Is there a noun for when there are two or more feasible yet opposing explanations or interpretations of the same observations/evidence? For example, two people look at the arrangement of the balls on a billiard table. They each come up with separate scenarios of what occurred in the game to create the current arrangement. Both explanations are valid possibilities, however they oppose each other; they cannot both be true. One or both of them are incorrect.

So we might say, "My my, Dr. Geometrigonomestein, we have here a ___, for both explanations, while contradictory, are each quite complete and believable indeed."

Similar to the word "paradox", except that paradox refers to a seeming contradiction that turns out to be true, such as a beginner bicyclist finding it easier to ride fast rather than very slowly.

Really I'm thinking more about ideological frameworks where multiple frameworks can feasibly and thoroughly "make sense of the world", even though they can hardly both be true. (I find this phenomena fascinating.) (Though I recognize that there are also many cases where two seemingly opposed explanations can actually be reconciled as both true in different senses.)

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    In a sense yes, but I'm looking for a word that refers to this phenomenon where both "opinions" are actually very believable, complete, detailed. "Paradox" is just a word for two "ideas", but specifically it speaks of two ideas that were said together in a seemingly self-contradictory way, yet it turns out to be true.
    – voxoid
    Jan 19, 2020 at 22:51
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    How about "hypotheses"? Basically the same meaning, only sounds a lot sexier.
    – Hot Licks
    Jan 19, 2020 at 23:12
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    It would help if you added an example sentence or two to the question with a blank where you want the word you're looking for to go.
    – CJ Dennis
    Jan 19, 2020 at 23:48
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    Perhaps competing explanations ? I think that's commonly enough encountered to be readily understood with the sought-for meaning. Jan 20, 2020 at 8:34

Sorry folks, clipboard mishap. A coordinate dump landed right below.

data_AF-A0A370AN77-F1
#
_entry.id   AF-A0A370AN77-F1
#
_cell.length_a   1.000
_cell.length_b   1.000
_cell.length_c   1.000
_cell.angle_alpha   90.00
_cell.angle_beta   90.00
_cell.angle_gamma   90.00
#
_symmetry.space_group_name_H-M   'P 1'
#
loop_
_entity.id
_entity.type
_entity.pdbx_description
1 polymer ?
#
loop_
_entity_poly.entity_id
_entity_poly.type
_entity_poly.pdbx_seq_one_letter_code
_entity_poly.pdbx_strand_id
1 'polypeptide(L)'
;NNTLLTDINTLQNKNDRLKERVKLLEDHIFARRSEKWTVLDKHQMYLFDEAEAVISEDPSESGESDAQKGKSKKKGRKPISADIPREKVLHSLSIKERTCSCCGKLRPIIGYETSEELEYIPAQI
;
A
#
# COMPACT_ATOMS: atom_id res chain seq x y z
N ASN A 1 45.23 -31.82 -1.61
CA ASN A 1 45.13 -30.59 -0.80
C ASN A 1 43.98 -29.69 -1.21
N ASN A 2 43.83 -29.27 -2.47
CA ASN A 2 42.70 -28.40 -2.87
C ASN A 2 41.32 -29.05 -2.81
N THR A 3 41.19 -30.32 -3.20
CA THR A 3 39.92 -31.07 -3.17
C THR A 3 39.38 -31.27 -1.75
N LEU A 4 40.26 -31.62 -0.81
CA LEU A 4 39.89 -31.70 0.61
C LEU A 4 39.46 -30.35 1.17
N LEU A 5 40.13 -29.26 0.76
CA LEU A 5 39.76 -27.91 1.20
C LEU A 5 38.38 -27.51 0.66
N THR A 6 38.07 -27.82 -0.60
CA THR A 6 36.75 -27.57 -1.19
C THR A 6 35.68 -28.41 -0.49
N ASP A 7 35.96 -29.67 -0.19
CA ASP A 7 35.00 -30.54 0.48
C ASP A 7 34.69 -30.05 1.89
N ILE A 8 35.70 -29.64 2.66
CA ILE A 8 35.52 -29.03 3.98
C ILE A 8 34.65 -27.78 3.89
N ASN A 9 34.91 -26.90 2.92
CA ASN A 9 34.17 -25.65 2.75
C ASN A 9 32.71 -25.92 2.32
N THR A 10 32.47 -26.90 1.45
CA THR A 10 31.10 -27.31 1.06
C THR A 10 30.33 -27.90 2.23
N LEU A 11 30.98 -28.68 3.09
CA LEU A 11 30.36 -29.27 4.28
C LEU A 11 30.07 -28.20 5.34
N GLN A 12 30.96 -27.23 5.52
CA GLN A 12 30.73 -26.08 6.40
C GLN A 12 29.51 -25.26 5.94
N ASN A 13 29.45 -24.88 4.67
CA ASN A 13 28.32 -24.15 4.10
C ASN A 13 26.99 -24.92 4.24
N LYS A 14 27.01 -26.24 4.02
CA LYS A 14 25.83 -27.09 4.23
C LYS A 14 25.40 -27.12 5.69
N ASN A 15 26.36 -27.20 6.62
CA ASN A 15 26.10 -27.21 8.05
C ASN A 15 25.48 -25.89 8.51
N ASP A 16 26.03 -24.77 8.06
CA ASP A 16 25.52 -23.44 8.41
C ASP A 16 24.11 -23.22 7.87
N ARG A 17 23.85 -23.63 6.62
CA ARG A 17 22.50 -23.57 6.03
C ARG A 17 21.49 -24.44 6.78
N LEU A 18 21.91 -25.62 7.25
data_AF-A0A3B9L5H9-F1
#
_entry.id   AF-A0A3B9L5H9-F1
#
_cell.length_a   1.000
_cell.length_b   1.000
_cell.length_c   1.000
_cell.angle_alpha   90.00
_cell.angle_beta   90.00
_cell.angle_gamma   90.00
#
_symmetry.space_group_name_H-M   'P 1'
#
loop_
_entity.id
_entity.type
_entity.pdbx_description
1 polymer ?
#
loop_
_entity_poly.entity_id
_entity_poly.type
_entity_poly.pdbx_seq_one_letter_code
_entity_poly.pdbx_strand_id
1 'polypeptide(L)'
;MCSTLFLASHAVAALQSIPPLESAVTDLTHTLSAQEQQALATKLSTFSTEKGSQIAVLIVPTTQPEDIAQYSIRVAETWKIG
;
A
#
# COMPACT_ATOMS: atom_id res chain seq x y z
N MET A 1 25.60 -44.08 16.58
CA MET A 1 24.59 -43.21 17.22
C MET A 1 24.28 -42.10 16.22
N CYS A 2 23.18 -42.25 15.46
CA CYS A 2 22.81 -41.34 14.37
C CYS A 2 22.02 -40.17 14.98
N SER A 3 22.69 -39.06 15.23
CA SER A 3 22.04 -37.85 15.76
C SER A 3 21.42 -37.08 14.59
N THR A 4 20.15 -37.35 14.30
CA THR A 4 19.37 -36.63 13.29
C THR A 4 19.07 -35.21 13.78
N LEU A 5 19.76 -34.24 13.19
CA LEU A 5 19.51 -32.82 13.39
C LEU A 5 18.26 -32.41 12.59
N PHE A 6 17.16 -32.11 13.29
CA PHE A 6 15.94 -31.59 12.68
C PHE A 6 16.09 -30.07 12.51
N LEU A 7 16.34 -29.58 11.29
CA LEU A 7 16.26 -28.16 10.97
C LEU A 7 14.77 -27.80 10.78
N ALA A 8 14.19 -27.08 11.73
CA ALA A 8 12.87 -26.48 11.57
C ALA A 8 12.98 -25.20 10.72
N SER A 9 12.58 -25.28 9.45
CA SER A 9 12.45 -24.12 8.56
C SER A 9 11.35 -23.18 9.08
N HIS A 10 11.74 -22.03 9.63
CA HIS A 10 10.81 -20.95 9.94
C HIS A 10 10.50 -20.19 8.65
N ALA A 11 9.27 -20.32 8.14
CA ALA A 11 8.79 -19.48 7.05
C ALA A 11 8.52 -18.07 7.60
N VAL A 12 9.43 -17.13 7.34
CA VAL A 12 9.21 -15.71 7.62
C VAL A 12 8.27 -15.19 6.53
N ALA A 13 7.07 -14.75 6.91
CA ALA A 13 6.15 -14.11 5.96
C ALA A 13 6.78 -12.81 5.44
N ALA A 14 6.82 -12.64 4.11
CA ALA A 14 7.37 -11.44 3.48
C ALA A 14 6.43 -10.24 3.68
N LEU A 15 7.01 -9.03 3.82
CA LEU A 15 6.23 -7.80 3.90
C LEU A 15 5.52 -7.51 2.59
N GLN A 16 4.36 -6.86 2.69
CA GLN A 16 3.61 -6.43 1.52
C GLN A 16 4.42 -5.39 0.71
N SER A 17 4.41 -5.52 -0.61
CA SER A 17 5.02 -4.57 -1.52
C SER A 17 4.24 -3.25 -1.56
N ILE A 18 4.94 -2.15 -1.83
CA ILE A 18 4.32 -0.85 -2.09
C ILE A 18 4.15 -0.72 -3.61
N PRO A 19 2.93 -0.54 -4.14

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    I don't think there's such a noun. High Performance Mark's Competing explanations is a good option IMO and would usually imply that both are fairly plausible. You can spell this out by saying e.g. two equally plausible but incompatible explanations, but at the cost of a much longer sentence.
    – JD2000
    Jan 20, 2020 at 9:48

4 Answers 4


I think the expression competing explanations fits the bill here. It's a common-enough way of expressing the idea that there are multiple explanations for some phenomenon, each (at least as far as our state of knowledge at the time of expression goes) with some merit and some likelihood of being correct.

In OP's sentence we might replace the underscores thiswise:

My my, Dr. Geometrigonomestein, we have here a competition, for both explanations are quite complete and believable indeed.


If two hypotheses to a described phenomenon are both plausible but do exclude each other - i.e. only one is or can be true - the hypotheses contradict each other, or are contradictory.

Synonyms include: opposition, opposite, antithetical, contrary, contrasting, conflicting, at variance, at odds, opposing, clashing, divergent, discrepant, different; inconsistent, incompatible, irreconcilable

  • I'm sorry, zoig, OP clearly asks for a noun. A list of synonyms for 'contradictory' is not a suitable answer on a site aimed at linguists. Jan 20, 2020 at 15:33
  • You are right, it should be contradiction.
    – zoig
    Feb 11, 2020 at 13:01

dualidox for two remarkably plausible yet contradictory beliefs or hypotheses; pluralidox for more than two.

...with the disclaimer that I'm taking the liberty to coin new words ;) . Otherwise phrases such as "competing explanations" or "two equally plausible but incompatible explanations", as suggested by High Performance Mark and JD2000.



a contrast or opposition between two things.
"the antithesis between occult and rational mentalities"

from Oxford Online Dictionary.

The competing frameworks are antithetical.

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